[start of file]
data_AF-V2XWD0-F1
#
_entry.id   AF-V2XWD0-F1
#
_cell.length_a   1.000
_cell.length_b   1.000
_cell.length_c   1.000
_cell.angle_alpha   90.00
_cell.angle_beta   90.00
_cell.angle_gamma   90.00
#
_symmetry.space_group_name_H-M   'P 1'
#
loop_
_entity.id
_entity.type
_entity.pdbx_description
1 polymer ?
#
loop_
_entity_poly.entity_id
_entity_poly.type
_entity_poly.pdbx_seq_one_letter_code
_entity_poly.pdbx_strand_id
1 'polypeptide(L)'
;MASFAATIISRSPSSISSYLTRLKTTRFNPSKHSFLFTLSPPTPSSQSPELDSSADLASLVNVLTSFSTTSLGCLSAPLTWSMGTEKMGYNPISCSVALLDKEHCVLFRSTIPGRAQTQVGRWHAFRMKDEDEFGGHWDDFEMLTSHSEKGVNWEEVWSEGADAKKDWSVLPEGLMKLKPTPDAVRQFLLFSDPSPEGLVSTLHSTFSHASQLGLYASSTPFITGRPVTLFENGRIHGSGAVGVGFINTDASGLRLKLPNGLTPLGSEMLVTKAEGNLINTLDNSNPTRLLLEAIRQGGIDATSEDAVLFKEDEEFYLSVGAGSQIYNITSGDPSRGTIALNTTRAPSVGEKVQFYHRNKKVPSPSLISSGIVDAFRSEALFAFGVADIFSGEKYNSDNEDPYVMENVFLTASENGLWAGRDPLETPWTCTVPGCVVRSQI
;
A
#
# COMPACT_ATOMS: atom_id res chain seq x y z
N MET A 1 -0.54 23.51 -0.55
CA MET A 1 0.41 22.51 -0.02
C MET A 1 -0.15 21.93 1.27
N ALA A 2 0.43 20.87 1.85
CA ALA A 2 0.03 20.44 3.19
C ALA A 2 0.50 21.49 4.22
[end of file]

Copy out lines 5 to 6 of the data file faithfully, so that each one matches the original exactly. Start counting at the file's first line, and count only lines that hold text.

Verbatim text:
_cell.length_a   1.000
_cell.length_b   1.000